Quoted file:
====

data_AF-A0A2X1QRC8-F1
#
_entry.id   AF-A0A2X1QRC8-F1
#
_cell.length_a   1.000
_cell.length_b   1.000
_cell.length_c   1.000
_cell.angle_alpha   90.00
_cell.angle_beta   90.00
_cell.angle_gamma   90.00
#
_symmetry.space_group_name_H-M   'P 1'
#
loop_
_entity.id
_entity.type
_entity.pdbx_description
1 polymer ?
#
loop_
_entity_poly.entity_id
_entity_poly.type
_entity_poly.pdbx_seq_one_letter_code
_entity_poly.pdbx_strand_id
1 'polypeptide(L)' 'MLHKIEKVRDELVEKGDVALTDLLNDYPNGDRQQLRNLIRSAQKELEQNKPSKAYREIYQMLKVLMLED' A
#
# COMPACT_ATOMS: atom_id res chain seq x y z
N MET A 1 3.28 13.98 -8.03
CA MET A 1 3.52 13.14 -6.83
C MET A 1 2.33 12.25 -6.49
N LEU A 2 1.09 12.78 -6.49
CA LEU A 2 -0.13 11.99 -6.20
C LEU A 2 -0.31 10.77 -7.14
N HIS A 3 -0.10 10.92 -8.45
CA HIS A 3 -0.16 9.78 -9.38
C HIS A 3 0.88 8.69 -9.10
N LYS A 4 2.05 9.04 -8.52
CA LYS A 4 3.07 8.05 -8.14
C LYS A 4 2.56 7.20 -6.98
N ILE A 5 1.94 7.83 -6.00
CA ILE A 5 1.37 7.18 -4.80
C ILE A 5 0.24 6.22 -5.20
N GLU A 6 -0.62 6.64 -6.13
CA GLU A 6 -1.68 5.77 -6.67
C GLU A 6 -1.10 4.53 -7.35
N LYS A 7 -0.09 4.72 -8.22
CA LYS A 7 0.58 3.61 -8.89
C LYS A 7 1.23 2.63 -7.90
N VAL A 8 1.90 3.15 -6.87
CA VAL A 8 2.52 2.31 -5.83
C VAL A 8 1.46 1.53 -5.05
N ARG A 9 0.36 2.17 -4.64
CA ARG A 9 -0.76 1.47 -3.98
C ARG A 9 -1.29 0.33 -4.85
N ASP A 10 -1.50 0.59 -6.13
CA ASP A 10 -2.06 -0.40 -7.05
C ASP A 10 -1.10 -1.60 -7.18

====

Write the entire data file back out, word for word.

data_AF-A0A2X1QRC8-F1
#
_entry.id   AF-A0A2X1QRC8-F1
#
_cell.length_a   1.000
_cell.length_b   1.000
_cell.length_c   1.000
_cell.angle_alpha   90.00
_cell.angle_beta   90.00
_cell.angle_gamma   90.00
#
_symmetry.space_group_name_H-M   'P 1'
#
loop_
_entity.id
_entity.type
_entity.pdbx_description
1 polymer ?
#
loop_
_entity_poly.entity_id
_entity_poly.type
_entity_poly.pdbx_seq_one_letter_code
_entity_poly.pdbx_strand_id
1 'polypeptide(L)' 'MLHKIEKVRDELVEKGDVALTDLLNDYPNGDRQQLRNLIRSAQKELEQNKPSKAYREIYQMLKVLMLED' A
#
# COMPACT_ATOMS: atom_id res chain seq x y z
N MET A 1 3.28 13.98 -8.03
CA MET A 1 3.52 13.14 -6.83
C MET A 1 2.33 12.25 -6.49
N LEU A 2 1.09 12.78 -6.49
CA LEU A 2 -0.13 11.99 -6.20
C LEU A 2 -0.31 10.77 -7.14
N HIS A 3 -0.10 10.92 -8.45
CA HIS A 3 -0.16 9.78 -9.38
C HIS A 3 0.88 8.69 -9.10
N LYS A 4 2.05 9.04 -8.52
CA LYS A 4 3.07 8.05 -8.14
C LYS A 4 2.56 7.20 -6.98
N ILE A 5 1.94 7.83 -6.00
CA ILE A 5 1.37 7.18 -4.80
C ILE A 5 0.24 6.22 -5.20
N GLU A 6 -0.62 6.64 -6.13
CA GLU A 6 -1.68 5.77 -6.67
C GLU A 6 -1.10 4.53 -7.35
N LYS A 7 -0.09 4.72 -8.22
CA LYS A 7 0.58 3.61 -8.89
C LYS A 7 1.23 2.63 -7.90
N VAL A 8 1.90 3.15 -6.87
CA VAL A 8 2.52 2.31 -5.83
C VAL A 8 1.46 1.53 -5.05
N ARG A 9 0.36 2.17 -4.64
CA ARG A 9 -0.76 1.47 -3.98
C ARG A 9 -1.29 0.33 -4.85
N ASP A 10 -1.50 0.59 -6.13
CA ASP A 10 -2.06 -0.40 -7.05
C ASP A 10 -1.10 -1.60 -7.18